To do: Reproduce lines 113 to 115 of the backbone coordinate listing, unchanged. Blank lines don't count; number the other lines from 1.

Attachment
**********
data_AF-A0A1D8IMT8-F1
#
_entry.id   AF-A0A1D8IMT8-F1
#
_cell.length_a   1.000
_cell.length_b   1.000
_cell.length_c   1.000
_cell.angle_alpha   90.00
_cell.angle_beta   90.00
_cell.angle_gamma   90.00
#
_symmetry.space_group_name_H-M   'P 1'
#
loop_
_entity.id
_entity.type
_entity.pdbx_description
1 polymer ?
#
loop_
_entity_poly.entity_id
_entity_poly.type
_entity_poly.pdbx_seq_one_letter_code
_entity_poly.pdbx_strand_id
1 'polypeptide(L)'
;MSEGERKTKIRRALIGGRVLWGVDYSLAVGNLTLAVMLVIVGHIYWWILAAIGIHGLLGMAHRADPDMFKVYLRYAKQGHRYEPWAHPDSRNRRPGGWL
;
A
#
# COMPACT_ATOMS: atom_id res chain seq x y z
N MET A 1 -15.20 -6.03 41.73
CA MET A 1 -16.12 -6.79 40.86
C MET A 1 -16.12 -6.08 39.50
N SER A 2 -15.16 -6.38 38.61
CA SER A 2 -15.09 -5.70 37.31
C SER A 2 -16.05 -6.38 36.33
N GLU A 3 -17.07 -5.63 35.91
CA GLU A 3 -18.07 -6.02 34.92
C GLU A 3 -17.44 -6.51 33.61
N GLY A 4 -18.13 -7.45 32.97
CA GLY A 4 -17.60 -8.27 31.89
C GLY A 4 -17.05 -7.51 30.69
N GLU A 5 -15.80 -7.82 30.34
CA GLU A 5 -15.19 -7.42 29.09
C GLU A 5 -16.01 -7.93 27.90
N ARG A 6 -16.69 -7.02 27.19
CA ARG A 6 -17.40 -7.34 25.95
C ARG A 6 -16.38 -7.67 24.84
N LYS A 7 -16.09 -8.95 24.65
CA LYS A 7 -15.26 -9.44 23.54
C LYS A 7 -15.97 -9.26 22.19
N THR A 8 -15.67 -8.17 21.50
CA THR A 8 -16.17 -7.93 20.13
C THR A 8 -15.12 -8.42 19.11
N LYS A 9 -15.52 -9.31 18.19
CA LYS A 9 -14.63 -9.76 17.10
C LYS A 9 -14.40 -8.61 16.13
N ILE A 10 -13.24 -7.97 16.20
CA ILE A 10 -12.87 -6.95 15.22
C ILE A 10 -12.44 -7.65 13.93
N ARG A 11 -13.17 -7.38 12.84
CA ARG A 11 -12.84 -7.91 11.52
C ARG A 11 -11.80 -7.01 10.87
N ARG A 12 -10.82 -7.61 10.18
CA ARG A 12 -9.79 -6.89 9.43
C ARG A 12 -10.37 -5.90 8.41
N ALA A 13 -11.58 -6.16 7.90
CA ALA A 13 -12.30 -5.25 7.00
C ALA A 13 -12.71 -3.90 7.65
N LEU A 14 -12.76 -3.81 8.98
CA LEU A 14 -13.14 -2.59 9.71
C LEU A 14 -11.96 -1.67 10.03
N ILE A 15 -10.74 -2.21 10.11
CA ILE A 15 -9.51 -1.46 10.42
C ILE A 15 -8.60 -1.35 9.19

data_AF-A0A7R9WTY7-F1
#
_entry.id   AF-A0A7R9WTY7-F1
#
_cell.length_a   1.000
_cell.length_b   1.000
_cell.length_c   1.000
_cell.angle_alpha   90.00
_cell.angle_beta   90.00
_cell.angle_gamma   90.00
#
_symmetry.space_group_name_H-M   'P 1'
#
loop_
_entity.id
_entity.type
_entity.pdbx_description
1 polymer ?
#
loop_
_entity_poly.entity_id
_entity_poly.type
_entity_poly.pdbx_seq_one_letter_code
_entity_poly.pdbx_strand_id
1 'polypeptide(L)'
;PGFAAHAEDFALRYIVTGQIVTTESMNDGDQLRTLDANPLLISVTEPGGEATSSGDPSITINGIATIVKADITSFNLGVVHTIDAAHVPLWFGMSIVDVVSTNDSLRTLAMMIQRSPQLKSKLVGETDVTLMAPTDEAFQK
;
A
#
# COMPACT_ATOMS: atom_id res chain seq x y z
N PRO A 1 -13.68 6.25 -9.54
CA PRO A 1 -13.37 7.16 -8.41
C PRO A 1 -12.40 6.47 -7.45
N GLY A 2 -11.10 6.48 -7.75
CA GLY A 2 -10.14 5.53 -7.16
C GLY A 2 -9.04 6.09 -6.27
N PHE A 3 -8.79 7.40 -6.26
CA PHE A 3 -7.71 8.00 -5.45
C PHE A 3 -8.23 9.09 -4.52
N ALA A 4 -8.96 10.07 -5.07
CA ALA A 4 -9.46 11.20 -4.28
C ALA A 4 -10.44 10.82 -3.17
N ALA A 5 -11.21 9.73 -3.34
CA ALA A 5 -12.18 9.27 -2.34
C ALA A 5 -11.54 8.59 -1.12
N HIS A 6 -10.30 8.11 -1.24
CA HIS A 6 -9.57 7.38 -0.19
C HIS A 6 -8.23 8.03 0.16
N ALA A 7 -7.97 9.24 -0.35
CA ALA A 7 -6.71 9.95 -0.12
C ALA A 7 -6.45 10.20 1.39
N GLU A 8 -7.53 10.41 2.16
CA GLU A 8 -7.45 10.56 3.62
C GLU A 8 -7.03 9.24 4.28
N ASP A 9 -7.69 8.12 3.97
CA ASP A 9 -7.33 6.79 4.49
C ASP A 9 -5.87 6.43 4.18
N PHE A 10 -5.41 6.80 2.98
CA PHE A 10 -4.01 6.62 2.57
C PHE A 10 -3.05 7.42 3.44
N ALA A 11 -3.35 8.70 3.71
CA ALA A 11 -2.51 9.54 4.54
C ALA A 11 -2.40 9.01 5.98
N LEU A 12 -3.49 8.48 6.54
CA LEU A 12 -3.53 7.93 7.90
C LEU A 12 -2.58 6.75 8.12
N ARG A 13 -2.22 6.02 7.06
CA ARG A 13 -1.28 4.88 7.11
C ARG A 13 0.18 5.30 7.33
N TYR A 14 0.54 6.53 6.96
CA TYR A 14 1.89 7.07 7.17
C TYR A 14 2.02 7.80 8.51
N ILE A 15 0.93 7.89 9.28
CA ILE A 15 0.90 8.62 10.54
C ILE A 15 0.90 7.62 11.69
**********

CA PHE A 3 -7.71 8.00 -5.45
C PHE A 3 -8.23 9.09 -4.52
N ALA A 4 -8.96 10.07 -5.07